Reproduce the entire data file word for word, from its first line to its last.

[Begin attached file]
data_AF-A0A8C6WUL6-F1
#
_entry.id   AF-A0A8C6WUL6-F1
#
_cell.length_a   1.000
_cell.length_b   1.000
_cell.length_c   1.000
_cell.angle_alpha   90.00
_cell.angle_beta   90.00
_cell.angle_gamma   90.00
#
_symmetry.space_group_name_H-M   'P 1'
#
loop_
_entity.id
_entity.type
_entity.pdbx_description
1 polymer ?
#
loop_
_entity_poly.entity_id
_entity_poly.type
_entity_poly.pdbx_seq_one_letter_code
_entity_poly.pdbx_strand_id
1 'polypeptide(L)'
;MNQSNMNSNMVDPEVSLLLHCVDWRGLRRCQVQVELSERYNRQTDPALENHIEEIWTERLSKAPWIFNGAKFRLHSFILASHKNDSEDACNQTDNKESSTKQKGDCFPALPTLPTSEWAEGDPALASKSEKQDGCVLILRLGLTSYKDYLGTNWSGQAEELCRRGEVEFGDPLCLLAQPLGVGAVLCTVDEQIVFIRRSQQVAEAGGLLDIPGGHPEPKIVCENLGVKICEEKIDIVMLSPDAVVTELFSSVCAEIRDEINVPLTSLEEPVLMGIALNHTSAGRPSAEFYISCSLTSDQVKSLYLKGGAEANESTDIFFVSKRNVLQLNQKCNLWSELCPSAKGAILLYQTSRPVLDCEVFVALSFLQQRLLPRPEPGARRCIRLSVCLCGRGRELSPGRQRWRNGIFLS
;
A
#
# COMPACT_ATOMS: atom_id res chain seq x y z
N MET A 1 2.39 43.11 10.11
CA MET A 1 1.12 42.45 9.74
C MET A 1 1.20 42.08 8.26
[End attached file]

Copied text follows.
data_AF-A0A8C6WUL6-F1
#
_entry.id   AF-A0A8C6WUL6-F1
#
_cell.length_a   1.000
_cell.length_b   1.000
_cell.length_c   1.000
_cell.angle_alpha   90.00
_cell.angle_beta   90.00
_cell.angle_gamma   90.00
#
_symmetry.space_group_name_H-M   'P 1'
#
loop_
_entity.id
_entity.type
_entity.pdbx_description
1 polymer ?
#
loop_
_entity_poly.entity_id
_entity_poly.type
_entity_poly.pdbx_seq_one_letter_code
_entity_poly.pdbx_strand_id
1 'polypeptide(L)'
;MNQSNMNSNMVDPEVSLLLHCVDWRGLRRCQVQVELSERYNRQTDPALENHIEEIWTERLSKAPWIFNGAKFRLHSFILASHKNDSEDACNQTDNKESSTKQKGDCFPALPTLPTSEWAEGDPALASKSEKQDGCVLILRLGLTSYKDYLGTNWSGQAEELCRRGEVEFGDPLCLLAQPLGVGAVLCTVDEQIVFIRRSQQVAEAGGLLDIPGGHPEPKIVCENLGVKICEEKIDIVMLSPDAVVTELFSSVCAEIRDEINVPLTSLEEPVLMGIALNHTSAGRPSAEFYISCSLTSDQVKSLYLKGGAEANESTDIFFVSKRNVLQLNQKCNLWSELCPSAKGAILLYQTSRPVLDCEVFVALSFLQQRLLPRPEPGARRCIRLSVCLCGRGRELSPGRQRWRNGIFLS
;
A
#
# COMPACT_ATOMS: atom_id res chain seq x y z
N MET A 1 2.39 43.11 10.11
CA MET A 1 1.12 42.45 9.74
C MET A 1 1.20 42.08 8.26